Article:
One in seven risking lives to correct sat nav mistakes

One in seven risking lives to correct sat nav mistakes

One in seven risking lives to correct sat nav mistakes
More than one in seven (15%) drivers who use a sat nav admit making illegal or risky manoeuvres to correct mistakes when following sat nav instructions, putting themselves and other road users at risk of a devastating crash.
That’s according to a survey by road safety charity Brake and Direct Line which also found that:

one in 14 (7%) drivers have had a near miss, having to swerve or brake suddenly to avoid a hazard, because they were distracted by a sat nav (rising to one in 10 (11%) among young drivers (17-24);

One in 14 (7%) drivers also admit to having a similar near miss because they were fiddling with their stereo (rising to one in 10 (11%) among young drivers (17-24))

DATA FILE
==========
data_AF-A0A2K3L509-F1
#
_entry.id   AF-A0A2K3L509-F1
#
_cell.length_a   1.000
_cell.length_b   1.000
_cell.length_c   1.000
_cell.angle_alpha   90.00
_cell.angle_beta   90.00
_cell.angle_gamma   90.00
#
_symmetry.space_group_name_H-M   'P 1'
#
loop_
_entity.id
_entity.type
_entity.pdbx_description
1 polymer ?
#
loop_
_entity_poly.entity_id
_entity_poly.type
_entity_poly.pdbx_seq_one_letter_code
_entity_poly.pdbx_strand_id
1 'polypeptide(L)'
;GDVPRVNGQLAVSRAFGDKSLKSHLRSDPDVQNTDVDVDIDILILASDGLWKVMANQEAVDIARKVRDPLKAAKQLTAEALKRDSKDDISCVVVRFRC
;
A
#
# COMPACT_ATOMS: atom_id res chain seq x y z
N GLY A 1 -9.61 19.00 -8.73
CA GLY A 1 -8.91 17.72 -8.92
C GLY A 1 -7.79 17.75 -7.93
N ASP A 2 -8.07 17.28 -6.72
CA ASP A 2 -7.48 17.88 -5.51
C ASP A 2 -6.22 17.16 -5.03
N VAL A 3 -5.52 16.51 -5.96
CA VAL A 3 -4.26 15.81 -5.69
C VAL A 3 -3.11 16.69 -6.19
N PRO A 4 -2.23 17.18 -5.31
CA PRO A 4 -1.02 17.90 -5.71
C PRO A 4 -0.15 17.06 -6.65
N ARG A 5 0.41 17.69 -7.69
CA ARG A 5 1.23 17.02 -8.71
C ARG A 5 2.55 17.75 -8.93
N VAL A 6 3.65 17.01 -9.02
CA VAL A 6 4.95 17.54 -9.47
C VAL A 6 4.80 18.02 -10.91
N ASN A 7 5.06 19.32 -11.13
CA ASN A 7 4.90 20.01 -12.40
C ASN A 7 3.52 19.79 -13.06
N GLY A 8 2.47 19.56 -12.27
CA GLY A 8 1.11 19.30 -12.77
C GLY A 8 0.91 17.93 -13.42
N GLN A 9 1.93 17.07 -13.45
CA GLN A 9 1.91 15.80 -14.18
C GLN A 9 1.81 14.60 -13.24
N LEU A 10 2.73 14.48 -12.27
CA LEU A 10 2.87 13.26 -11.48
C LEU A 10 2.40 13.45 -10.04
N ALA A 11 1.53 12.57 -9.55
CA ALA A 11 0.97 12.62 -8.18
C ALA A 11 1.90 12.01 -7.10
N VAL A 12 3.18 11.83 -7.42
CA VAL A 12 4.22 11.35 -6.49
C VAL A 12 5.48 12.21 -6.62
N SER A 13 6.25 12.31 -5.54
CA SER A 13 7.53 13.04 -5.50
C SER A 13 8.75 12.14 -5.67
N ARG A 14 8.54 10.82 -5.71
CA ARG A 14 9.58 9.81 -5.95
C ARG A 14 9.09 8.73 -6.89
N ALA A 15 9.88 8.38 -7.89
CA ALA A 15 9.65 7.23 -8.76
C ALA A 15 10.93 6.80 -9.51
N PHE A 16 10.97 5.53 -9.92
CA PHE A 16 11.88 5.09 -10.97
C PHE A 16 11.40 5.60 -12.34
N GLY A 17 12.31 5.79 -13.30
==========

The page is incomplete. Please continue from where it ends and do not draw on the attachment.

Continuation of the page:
Julie Townsend, deputy chief executive, Brake, said: ‘Sat navs have revolutionised the way many of us drive, helping us get from A to B without worrying about navigation, and there are indications they can make you safer. However, there are potential pitfalls to be wary of that can pose a real danger to yourself and other road users. Remember, the sat nav is there to help you keep focused on driving rather than worry about directions, but it’s not there to make all the decisions for you. Driving is an unpredictable activity, so you still need to look at signs, particularly those warning of hazards or speed limits, and watch for people and unexpected problems.

Through its drive smart campaign, Brake is also calling on all drivers to make a new year’s resolution to stay alert and keep their mind and eyes on the road. That means programming your sat nav before you set off, and not attempting to re-programme it, fiddle with your stereo, use a mobile, or do anything else while driving.

Brake is also calling on drivers not to be distracted by the range of technologies being installed in many new cars that have nothing to do with driving, such as access to social media.

And the organisation is also appealing to the government to regulate the use of features that can pose a dangerous distraction to drivers.